Hitting Home? What Housing Experts Are Saying
“This time, housing is a casualty of a public health crisis turned economic, not the cause of an economic crisis.”
– Mark Fleming, First American Financial Corporation Chief Economist
Depending on what you read, listen to and watch, predictions for the recovery from economic effects of pandemic containment measures run the gamut from dire to rosy. Americans are understandably anxious even if they’re not in one of the hardest-hit industries like hospitality. Though the country recovered from the downturn of the late 00s commonly referred to as “The Great Recession,” many suffered years-long effects of housing’s role in that crisis. Consumers can take solace in the fact that housing is not responsible for the current economic scenario; in fact, housing may help our country lift itself out of it. Here are three key differences between the housing market today and the years leading up to and during the Great Recession, according to First American Financial Corporation:
The housing market is not overvalued.
If housing is appropriately valued, house-buying power should equal or outpace the median sale price of a home. The only time period when the median sale price was greater than house-buying power was from 2005 through 2007, indicating an overvaluation of housing, or a “housing bubble.” Today, house-buying power is nearly twice as high as the median sale price of a home, implying that housing is not overvalued, and is in fact in a much better position entering this potential recession than it was ahead of the last.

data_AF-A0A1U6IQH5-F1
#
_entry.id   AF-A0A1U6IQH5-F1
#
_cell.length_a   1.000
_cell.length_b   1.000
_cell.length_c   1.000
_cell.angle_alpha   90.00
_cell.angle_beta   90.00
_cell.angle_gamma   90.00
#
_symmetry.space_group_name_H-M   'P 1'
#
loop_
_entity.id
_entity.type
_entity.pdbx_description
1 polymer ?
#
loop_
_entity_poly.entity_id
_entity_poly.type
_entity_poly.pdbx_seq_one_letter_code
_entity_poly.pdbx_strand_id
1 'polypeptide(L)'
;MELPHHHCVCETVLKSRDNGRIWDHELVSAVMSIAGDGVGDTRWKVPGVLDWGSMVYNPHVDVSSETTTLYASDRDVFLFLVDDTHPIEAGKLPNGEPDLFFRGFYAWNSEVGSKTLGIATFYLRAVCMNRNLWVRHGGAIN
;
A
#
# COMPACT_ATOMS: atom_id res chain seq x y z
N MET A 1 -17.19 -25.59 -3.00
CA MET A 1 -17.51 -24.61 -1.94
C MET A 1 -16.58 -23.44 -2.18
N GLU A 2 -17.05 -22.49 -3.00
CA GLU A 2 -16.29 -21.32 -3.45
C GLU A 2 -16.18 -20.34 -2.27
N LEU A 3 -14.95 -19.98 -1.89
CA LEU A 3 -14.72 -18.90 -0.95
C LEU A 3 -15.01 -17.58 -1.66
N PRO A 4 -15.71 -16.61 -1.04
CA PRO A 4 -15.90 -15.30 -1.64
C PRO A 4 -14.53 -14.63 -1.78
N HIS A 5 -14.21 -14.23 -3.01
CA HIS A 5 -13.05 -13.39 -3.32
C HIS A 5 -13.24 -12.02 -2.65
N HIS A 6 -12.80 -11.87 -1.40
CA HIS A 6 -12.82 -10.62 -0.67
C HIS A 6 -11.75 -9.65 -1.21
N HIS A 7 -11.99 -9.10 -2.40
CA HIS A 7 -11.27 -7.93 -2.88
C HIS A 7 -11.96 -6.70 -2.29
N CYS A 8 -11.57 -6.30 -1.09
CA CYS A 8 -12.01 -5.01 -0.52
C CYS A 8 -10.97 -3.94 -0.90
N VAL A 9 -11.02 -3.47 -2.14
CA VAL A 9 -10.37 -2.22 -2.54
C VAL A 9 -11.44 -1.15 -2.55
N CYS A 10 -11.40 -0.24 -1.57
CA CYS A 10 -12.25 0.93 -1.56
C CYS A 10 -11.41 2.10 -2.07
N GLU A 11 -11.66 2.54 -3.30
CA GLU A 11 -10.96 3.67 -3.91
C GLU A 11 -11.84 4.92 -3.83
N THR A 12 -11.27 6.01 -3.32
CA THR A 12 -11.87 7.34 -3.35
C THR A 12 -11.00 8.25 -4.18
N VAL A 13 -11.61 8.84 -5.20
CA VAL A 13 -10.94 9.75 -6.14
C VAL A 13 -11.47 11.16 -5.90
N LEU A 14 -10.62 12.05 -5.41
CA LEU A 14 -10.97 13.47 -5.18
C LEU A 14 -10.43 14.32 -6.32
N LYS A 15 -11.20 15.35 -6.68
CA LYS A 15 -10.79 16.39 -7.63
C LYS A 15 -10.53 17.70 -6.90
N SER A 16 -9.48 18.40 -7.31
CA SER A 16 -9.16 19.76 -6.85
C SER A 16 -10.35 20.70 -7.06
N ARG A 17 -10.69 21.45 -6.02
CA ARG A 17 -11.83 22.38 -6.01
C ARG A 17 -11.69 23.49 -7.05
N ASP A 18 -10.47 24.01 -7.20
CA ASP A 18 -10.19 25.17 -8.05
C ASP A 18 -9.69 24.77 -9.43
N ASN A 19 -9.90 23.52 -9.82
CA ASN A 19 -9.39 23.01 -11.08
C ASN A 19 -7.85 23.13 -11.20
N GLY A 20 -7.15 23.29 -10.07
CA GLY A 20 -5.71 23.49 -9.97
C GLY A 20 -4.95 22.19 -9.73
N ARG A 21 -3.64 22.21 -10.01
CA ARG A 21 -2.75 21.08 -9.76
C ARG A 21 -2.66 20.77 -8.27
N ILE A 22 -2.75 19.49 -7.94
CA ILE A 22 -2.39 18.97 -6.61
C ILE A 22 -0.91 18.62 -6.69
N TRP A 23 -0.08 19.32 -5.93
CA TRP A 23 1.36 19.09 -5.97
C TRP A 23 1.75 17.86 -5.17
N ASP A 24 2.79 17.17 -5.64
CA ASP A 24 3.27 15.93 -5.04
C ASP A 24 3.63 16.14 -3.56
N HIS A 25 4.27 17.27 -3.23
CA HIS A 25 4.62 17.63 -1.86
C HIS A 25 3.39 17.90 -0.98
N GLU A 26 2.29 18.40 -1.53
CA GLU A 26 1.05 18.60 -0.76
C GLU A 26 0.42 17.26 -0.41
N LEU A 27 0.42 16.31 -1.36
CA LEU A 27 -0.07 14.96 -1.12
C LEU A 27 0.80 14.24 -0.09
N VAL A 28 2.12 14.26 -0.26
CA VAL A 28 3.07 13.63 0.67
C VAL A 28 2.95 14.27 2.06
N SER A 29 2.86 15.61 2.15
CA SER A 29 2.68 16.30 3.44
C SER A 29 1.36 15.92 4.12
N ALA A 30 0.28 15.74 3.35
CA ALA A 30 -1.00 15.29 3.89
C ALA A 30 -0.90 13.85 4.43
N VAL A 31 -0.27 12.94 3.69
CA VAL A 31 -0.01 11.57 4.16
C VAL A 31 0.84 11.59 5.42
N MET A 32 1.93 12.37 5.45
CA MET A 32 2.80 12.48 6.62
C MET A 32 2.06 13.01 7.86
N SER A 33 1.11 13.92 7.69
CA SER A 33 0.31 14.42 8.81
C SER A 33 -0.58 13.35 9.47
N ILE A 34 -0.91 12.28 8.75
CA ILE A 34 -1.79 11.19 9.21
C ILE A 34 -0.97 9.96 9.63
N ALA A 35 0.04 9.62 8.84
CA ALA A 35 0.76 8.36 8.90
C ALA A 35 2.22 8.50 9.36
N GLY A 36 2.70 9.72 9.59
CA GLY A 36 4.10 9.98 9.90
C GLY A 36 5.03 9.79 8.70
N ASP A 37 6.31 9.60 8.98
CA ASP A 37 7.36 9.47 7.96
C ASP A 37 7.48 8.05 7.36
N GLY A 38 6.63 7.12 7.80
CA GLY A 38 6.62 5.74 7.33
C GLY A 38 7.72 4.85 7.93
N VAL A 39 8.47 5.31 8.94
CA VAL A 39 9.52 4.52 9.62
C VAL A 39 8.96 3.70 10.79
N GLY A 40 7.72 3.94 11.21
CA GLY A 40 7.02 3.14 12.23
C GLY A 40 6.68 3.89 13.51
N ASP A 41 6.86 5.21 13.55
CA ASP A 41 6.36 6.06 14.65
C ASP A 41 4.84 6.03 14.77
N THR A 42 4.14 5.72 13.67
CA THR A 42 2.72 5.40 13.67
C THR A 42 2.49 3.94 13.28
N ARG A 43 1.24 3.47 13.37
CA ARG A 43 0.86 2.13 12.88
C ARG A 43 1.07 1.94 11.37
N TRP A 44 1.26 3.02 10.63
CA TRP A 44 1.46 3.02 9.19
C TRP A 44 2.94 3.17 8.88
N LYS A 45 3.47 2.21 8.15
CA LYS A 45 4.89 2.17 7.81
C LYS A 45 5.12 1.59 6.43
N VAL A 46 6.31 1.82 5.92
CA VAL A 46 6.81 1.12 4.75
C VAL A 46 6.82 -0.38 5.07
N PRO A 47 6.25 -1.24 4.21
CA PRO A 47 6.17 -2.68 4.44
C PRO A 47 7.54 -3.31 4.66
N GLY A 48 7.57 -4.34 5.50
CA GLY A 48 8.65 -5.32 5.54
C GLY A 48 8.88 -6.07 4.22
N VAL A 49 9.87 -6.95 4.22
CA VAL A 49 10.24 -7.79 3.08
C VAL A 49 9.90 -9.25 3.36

The housing market is underbuilt.
Housing enters this potential recession underbuilt rather than overbuilt, a significant difference compared with the pre-Great Recession housing market. Housing demand has outstripped housing supply since 2009. In 2018 for example, 1.2 million households were formed, while only 860,000 units were produced, resulting in a shortage of 340,000 units. Prior to 2009, housing supply significantly outpaced demand.
Equity is at historic heights.
The U.S. household debt-to-income ratio is at a four-decade low and the market is not driven by liberal lending standards, subprime mortgages and highly leveraged homeowners. The housing crisis during the Great Recession was fueled heavily by the fact that job losses were paired with a significant share of homeowners who had little, if any, equity in their homes. Homeowners today have very high levels of tappable home equity, providing a cushion to withstand potential price declines.
What do the changing market conditions mean to you?